The reason behind this ruling deals with the fact that manufacturers haven’t cooperated in proving these ingredients are safe for prolonged daily use. Also, the manufacturers demonstrated how these products prove to be any more effective or beneficial than plain soap and water in being antibacterial. There are some companies that are already taking triclocarban and triclosan out their products.

What Makes Soap ‘Antibacterial’

Antibacterial soaps (also known as antiseptic or antimicrobial soaps) contain certain chemicals that you won’t find in regular soap. These chemicals are supposed to reduce the spread of harmful bacteria and infections when people use these products.

Many scholars and environmentalists are concerned about the safety of several antibacterial liquid soap products that have triclosan. Animal studies suggests that triclosan changes the way the body’s hormones behave, which poses a concern about how this hormonal change may adversely affect humans. Because of limited research in this area, little is known about the extent of influence triclosan has on the human body.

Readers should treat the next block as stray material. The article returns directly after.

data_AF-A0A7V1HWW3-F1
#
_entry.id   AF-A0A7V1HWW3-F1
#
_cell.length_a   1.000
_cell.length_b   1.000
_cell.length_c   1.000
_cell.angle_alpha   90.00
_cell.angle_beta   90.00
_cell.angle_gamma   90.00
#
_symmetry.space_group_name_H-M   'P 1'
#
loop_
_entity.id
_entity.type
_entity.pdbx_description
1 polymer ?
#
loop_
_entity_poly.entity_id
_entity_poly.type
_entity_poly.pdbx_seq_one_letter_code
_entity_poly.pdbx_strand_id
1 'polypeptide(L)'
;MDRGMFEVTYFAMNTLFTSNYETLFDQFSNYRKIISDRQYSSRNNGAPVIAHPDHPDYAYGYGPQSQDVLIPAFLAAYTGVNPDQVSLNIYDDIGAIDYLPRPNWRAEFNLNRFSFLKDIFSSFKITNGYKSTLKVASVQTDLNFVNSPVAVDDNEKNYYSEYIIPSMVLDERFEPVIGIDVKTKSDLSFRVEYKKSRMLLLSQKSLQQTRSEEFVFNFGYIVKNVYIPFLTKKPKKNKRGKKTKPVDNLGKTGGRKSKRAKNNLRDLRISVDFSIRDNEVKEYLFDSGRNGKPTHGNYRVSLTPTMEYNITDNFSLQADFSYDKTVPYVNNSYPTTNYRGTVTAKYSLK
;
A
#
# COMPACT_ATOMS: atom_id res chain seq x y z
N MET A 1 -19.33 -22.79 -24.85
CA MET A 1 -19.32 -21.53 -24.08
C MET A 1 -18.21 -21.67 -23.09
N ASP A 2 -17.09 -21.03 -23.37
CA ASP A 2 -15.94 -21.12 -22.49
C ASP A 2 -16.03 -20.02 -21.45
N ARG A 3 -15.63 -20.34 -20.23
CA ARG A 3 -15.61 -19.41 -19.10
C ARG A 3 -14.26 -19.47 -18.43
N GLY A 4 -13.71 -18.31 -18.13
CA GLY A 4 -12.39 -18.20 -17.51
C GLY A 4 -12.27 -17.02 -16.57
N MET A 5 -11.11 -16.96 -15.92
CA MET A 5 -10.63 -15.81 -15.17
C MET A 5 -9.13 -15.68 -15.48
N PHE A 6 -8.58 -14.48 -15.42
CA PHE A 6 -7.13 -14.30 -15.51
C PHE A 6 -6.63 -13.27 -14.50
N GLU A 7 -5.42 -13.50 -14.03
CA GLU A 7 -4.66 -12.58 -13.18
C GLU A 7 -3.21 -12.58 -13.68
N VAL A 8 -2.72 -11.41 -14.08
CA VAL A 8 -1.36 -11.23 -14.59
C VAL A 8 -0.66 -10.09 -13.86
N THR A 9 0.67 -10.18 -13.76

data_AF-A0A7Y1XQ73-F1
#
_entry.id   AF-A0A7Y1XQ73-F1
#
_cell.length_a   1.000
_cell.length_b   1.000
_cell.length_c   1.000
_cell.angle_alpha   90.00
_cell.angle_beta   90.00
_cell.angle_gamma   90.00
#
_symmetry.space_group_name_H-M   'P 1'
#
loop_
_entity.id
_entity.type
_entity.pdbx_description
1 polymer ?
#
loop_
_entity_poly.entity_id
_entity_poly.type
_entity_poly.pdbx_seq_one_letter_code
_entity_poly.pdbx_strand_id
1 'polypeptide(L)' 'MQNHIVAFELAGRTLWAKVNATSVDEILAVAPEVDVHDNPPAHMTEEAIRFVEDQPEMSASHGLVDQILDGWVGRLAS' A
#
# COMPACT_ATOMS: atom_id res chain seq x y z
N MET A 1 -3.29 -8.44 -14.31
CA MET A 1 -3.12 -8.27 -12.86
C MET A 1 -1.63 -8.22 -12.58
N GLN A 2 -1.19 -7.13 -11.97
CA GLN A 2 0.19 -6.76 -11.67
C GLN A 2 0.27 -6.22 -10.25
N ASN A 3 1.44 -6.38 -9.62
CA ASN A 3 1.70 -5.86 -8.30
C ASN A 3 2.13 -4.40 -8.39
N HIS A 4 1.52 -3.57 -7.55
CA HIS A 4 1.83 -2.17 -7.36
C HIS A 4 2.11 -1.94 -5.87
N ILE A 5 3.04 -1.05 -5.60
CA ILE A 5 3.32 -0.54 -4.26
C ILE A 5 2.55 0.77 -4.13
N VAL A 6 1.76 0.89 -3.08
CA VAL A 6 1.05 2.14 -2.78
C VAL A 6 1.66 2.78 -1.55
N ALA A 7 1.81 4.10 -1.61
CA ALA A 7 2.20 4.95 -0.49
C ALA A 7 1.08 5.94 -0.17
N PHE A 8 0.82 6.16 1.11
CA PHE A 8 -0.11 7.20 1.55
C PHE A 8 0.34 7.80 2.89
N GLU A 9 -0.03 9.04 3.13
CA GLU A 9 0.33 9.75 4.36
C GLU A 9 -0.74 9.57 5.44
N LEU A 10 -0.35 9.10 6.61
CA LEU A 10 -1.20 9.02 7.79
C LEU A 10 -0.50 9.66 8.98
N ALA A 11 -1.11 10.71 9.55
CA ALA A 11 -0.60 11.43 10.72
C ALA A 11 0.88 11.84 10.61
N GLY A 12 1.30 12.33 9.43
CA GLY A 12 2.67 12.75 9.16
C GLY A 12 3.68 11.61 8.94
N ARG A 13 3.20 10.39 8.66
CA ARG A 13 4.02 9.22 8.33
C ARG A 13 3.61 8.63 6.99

Because of the lack of concrete evidence of the safety and efficacy of these products, manufacturers may be fostering false hope about the purpose of these products to ward off germs and illnesses.  If your choice in these antibacterial products is for the feel, then save your family potential harm by using similar and safer products that feel the same way and don’t have triclocarban and triclosan. If you are using these products for the antibacterial quality, there is no evidence to assure you that you are not wasting your time using them.  Because of these uncertainties, a few manufacturers have revised their products and eliminated antibacterial agents.

Triclosan and Health Concerns

Triclosan is also found in furniture, toys, clothes, and kitchen utensils with the purpose of preventing bacterial infections. Because of that, there is an even greater concern about human exposure to this chemical.